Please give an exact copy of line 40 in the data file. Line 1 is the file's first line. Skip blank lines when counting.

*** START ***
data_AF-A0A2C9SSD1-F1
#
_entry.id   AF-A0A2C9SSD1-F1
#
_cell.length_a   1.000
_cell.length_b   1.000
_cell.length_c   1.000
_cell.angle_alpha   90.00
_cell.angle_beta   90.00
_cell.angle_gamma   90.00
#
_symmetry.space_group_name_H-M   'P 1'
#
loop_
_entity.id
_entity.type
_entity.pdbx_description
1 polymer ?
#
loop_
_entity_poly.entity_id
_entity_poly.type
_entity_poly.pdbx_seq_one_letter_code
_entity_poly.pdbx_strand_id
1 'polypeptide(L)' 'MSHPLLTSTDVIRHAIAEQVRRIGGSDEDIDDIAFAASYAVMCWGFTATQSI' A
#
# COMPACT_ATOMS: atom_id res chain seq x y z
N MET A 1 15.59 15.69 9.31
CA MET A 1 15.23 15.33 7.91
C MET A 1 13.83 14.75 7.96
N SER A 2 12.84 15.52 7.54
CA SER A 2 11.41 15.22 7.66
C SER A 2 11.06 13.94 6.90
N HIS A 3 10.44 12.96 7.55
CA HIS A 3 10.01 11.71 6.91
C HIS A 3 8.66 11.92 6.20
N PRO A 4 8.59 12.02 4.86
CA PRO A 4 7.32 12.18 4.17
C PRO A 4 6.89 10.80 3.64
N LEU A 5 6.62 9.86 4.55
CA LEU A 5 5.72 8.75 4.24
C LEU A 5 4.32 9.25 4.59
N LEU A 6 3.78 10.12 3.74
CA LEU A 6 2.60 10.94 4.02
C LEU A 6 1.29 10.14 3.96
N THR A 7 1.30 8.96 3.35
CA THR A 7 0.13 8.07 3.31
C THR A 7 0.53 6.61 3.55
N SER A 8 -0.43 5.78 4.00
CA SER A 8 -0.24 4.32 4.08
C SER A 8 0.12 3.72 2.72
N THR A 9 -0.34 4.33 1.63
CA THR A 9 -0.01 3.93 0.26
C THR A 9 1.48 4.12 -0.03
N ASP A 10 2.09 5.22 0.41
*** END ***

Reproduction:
N LEU A 5 6.62 9.86 4.55